Consideration to Technology and Costs of Rubber Tree Plantation
Development of Rubber Plantation
Scion garden is to be developed with cuttings of superior clone to collect scion for grafting. In order to produce appropriate scion for grafting, an appropriate scion garden shall be developed 1 or 2 years before the actual plantation. 10,000 of cuttings shall be made in 1ha with a plantation space of 1x1m. In 1ha of scion garden, for approximately 2ha of seedling field can be collected. In Cambodia, four representative clones, namely GT1,RPIM600, PB260, and IRCA18 are used for scion garden.
Seedling field is where seedling grafted with scion collected from scion garden is
Performed. The condition for seedling field is 1) Fertile soil and water detention 2) Being close to a riverhead for the irrigation reason.
At the time of planting, the site is to be adjusted beforehand: bush and weeding as land preparations, and tilling under some circumstances, are to be performed. These works should be done during the dry season before the rainy season begins when plantation shall commence. Plantation is performed during the rainy season from the middle of May to the end of July. Plantation is performed by seedling with twigs cut off and roots cut in order. Replantation is supposed to take place at least in 2 to 3 weeks after plantation; however, it is desirable that replantation continues for two years after that with the same kind and age of clone seedling still left in seedling field.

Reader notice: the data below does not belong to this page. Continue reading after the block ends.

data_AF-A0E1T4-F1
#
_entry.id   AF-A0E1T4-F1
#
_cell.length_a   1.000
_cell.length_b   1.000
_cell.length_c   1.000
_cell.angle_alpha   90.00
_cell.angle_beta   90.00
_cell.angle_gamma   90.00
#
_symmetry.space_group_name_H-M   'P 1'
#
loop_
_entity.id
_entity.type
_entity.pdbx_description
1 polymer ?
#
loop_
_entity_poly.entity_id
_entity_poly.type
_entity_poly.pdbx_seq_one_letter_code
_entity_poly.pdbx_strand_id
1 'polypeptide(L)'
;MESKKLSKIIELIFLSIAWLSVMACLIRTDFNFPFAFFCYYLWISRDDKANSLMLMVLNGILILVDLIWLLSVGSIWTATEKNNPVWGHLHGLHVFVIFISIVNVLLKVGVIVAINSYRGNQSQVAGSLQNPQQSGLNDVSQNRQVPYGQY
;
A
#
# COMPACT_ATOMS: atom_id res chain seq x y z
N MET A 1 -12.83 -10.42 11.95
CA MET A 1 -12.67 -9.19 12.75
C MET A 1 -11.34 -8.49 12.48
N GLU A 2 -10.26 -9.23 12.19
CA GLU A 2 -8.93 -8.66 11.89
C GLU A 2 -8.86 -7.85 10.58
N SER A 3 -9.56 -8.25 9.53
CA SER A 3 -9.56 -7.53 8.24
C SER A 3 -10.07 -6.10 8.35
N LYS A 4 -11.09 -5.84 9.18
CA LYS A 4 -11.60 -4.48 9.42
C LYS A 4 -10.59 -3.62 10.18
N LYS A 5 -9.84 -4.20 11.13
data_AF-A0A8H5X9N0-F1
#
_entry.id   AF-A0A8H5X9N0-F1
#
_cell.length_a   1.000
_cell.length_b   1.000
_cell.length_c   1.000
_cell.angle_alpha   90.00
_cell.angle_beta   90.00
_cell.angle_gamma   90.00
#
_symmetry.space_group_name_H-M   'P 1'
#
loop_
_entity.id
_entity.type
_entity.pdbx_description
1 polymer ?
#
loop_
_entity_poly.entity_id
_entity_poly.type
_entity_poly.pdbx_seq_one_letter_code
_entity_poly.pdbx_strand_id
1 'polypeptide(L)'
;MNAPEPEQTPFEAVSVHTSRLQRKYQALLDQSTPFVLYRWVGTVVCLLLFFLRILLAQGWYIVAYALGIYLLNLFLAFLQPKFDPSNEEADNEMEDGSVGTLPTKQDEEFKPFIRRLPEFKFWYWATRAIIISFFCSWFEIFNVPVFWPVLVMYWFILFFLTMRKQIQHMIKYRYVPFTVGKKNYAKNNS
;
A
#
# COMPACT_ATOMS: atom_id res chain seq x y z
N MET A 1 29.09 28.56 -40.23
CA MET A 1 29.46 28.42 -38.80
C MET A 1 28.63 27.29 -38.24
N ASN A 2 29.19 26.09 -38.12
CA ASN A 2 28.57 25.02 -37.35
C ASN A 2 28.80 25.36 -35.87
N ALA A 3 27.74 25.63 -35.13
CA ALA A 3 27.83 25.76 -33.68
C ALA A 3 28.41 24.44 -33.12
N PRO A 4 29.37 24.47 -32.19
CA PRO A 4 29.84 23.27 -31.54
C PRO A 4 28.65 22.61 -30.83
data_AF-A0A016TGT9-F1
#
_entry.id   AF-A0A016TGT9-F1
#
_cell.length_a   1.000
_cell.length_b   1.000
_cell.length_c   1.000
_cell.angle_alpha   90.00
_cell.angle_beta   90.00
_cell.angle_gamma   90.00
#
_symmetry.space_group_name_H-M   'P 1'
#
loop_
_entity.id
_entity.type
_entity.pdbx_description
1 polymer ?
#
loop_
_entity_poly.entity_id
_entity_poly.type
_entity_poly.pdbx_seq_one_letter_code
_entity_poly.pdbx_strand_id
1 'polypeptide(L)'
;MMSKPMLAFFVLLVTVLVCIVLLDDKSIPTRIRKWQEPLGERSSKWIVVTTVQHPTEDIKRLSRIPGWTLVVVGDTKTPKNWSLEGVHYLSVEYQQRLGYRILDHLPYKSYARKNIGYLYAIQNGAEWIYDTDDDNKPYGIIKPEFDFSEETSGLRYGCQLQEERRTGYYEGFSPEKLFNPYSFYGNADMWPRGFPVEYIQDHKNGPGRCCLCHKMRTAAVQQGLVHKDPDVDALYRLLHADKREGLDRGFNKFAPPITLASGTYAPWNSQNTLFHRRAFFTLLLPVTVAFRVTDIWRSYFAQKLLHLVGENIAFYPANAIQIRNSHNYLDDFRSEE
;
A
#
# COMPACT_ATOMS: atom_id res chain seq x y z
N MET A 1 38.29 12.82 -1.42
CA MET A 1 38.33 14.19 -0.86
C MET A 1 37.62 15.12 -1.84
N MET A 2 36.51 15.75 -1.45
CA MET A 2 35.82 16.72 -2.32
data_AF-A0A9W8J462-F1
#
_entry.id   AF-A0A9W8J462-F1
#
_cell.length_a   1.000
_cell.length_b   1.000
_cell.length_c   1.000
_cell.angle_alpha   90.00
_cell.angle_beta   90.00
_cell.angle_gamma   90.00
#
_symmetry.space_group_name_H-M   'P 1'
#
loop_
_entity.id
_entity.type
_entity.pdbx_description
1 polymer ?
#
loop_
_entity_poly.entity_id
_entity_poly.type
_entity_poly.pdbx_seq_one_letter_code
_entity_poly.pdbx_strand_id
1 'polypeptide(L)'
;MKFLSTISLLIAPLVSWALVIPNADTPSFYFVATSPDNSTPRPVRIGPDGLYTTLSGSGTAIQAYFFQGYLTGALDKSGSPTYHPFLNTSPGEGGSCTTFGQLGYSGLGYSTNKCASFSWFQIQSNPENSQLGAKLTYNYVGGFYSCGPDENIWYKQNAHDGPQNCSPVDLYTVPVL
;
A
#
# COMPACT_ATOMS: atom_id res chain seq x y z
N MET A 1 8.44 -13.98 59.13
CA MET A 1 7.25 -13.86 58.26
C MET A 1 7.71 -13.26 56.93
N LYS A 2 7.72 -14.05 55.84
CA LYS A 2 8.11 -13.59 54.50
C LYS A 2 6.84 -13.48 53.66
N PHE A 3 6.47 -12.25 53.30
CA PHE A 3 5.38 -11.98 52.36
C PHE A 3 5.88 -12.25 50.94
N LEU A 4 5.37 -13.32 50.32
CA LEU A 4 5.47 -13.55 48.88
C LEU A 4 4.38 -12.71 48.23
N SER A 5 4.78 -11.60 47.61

Immediately after plantation, surface of soil is apt to be impoverished by exposure to the sun, and flow-out of surface soil to take place. At the same time, as weeds sprout and absorb nourishment, weeding shall be paid special attention. Fertilization is as significant as weeding. Proper fertilization to foster the initial growth makes possible resin collection in the early stage, which will lead to improve project profits. Although it depends on weather and clone, 5 to 6 years is required for the incubation period.
Costs of Plantation and Incubation
The expected unit price of plantation and incubation of rubber trees from 0 to 6 years is US$3,000/ha.
Collection of Rubber Resin
Necessary Condition to Grow Rubber Trees in a plantation as mentioned above, it takes 5 to 6 years until rubber tree are planted and grow up. Although it depends on the nature of clone, the way of incubation, and the conditions of environment (soil and weather) etc., the first time of tapping comes in 4 to 5 years at the earliest and 7 years in usual cases. Usually, one worker can tap 250 to 300 trees. If the landform is not in good condition or the tapping panel is located quite high, however, s/he may do approximately 150 to 180 trees only.
The quasi-spiral (1/2S) tap shall continuously be made with a gradient of 30 degrees against the horizon from up left to down right.
Clone is the core factor to determine on productivity. In order to acquire high productivity,